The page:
Of the suggestion that Senator Joseph Lieberman will up and leave the Democratic Party for good, thereby handing control of the Senate to the Republicans, two points must be emphasized up front.
One is how exceedingly unlikely it is that Mr. Lieberman will actually pull the trigger on a party switch, even if he did use an interview last week—yet again—to leave the door slightly ajar. Connecticut’s junior Senator has a well-established habit of flirting with boldness before pulling back—like when he toyed with marching to the White House to demand Bill Clinton’s resignation in 1998, only to settle for delivering a verbal wrist-slap on the Senate floor.
The other is that by simply entertaining the notion of a Lieberman defection, the Senator’s colleagues play directly into his hand, allowing him to demand—and receive—just about anything he likes from the Democratic leadership.
In other words, Mr. Lieberman—who is generally loyal to the Democratic party line, except on the issue of Iraq—has every reason to play it coy, and no incentive now to reiterate his pronouncements of last summer, when he swore up and down that upon being re-elected to the Senate as an independent, he’d return to the Democratic fold.
The Republicans, still searching for some political momentum after their drubbing last November, are understandably anxious to court the one-time Democratic Vice Presidential nominee, whose break with the Democratic mainstream on Middle Eastern policy is growing more pronounced by the day. They’ve certainly laid out the welcome mat: Nearly every Republican official in the country—with the glaring exception of war foe Chuck Hagel—has spent the last year very publicly stroking Mr. Lieberman’s ego.
And, certainly, the precedent is there for a prospective switch by Mr. Lieberman. The last time the Senate’s partisan balance was this close—Democrats now outnumber Republicans, 51-49—was six years ago, when the 2000 elections left the chamber split evenly between the parties, with Vice President Dick Cheney breaking the tie in the G.O.P.’s favor.
It was then, in the spring of 2001, that James Jeffords, a liberal Republican from Vermont, gave in to Democratic entreaties and left the G.O.P., flipping control of the Senate and delivering to the new Bush administration what was thought to be a devastating jolt.
But the Jeffords switch also serves to illustrate why the Republicans should be very careful what they wish for. Rather than serving as a harbinger of an electoral revolt against the Bush G.O.P. in 2002, the defection may actually have boosted the party’s fortunes in those midterm elections.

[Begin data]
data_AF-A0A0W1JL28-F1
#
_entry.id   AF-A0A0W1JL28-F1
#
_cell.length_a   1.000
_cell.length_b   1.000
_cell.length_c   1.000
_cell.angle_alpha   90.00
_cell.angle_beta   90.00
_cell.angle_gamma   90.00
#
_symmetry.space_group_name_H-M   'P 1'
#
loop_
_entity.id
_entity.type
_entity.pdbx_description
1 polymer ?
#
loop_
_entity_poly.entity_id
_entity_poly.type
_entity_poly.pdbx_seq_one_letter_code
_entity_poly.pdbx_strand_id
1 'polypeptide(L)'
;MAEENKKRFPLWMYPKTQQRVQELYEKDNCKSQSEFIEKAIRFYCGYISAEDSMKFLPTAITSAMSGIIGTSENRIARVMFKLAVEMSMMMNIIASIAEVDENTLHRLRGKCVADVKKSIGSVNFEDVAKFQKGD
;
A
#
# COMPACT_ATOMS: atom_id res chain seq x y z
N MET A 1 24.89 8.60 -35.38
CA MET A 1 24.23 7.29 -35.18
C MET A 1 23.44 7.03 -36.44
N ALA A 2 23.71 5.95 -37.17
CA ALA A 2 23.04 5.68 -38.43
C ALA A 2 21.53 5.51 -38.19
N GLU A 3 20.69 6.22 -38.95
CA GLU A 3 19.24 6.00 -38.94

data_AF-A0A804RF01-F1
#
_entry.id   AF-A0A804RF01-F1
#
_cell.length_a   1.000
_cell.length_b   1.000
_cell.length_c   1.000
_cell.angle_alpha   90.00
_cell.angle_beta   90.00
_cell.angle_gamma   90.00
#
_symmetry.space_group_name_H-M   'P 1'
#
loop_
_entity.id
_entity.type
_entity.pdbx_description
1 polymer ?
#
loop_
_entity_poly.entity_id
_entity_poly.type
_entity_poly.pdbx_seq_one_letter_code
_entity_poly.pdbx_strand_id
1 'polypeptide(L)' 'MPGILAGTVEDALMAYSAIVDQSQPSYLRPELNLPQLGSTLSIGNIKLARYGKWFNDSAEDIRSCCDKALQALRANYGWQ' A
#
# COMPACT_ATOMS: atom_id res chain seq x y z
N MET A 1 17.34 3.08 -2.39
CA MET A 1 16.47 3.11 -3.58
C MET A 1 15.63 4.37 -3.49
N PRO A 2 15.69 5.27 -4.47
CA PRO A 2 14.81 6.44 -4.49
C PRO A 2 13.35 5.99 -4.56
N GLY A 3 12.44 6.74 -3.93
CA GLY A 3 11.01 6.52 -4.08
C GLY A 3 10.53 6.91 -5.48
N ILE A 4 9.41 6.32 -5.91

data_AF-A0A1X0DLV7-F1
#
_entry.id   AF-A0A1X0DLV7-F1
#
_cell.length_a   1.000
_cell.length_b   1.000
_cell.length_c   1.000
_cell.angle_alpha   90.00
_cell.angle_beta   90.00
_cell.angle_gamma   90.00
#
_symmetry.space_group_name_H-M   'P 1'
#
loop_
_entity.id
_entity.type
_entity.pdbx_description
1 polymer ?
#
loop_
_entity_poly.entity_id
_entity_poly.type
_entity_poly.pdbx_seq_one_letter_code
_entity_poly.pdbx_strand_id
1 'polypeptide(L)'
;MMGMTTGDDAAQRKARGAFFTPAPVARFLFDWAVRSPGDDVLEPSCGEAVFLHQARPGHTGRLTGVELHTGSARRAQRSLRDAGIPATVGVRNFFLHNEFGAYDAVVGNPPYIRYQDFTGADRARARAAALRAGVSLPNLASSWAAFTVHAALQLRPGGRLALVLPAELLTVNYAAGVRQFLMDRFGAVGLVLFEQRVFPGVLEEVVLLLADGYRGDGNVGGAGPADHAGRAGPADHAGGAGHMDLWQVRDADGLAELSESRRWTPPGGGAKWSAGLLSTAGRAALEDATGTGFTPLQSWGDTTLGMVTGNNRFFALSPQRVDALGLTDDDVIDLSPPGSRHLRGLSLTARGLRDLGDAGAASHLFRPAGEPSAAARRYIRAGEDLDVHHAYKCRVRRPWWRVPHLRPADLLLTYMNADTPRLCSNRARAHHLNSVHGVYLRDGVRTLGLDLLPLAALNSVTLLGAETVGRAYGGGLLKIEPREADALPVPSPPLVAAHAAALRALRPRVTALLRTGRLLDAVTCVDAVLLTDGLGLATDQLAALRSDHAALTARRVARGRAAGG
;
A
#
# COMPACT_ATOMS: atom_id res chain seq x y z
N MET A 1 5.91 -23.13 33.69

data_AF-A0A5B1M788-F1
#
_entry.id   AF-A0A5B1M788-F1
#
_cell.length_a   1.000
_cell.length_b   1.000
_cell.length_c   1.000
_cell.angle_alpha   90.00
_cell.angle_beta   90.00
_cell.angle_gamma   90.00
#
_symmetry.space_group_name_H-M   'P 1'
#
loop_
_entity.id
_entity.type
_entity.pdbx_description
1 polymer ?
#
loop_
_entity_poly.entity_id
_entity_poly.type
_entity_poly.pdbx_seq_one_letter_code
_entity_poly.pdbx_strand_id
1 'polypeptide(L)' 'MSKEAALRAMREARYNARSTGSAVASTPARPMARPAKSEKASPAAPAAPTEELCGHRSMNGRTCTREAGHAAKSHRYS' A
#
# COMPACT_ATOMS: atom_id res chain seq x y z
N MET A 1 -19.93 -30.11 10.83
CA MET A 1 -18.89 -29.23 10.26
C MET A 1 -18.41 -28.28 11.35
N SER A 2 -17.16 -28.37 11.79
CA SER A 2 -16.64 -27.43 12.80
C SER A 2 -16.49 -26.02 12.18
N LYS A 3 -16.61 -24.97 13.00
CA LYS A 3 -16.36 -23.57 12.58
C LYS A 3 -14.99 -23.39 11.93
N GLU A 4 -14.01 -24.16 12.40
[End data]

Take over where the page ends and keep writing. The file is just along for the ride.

By giving Democrats control of the Senate for half of 2001 and all of 2002, Mr. Jeffords essentially stripped them of their best political weapon: their status as a powerless minority. Maddening as it was for them, the Democrats’ minority position served to unify their disparate elements in opposition to the majority party’s agenda.
Before Mr. Jeffords’ defection, with the G.O.P. in charge of the White House and the Congress, the Democrats’ prospects for 2002 seemed rosy. But control of the Senate put the Democrats on the spot and exposed the kinds of ugly fissures that simple, cohesive opposition would have glossed over. When the ballots were tallied that year, the Republicans had defied history by gaining two seats—and control of the chamber.
So far this year, the Republican minority in the Senate has been possessed of a unity of purpose that they lacked in the waning days of their majority. Senate Minority Leader Mitch McConnell, for instance, managed to corral almost every Republican—including some opponents of the war—behind a procedural effort to derail a vote on a resolution opposing President Bush’s troop-level increase in Iraq.
That kind of vote-herding will once again become nearly impossible if Mr. Lieberman were to put the Republicans in the majority. G.O.P. Senators would be forced back onto the defensive with an American public even more restless than it was last year, and by a Democratic-led House desperate for a partisan foil.
For the Republicans, Mr. Lieberman’s loyalty is fool’s gold. Yes, winning him over would mean committee chairmanships, better office space and some much-needed respect on the Hill. But in the Senate, the magic number to accomplish anything—as the G.O.P. itself just demonstrated in filibustering the war resolution—is 60, not 51. In that sense, the addition of Mr. Lieberman as the 50th G.O.P. vote (with Mr. Cheney adding the tie-breaking 51st) wouldn’t be as consequential as it’s cracked up to be.
Without Mr. Lieberman, it won’t be a fun 2007 for Republican Senators. But in terms of the next election, they may have him right where they want him.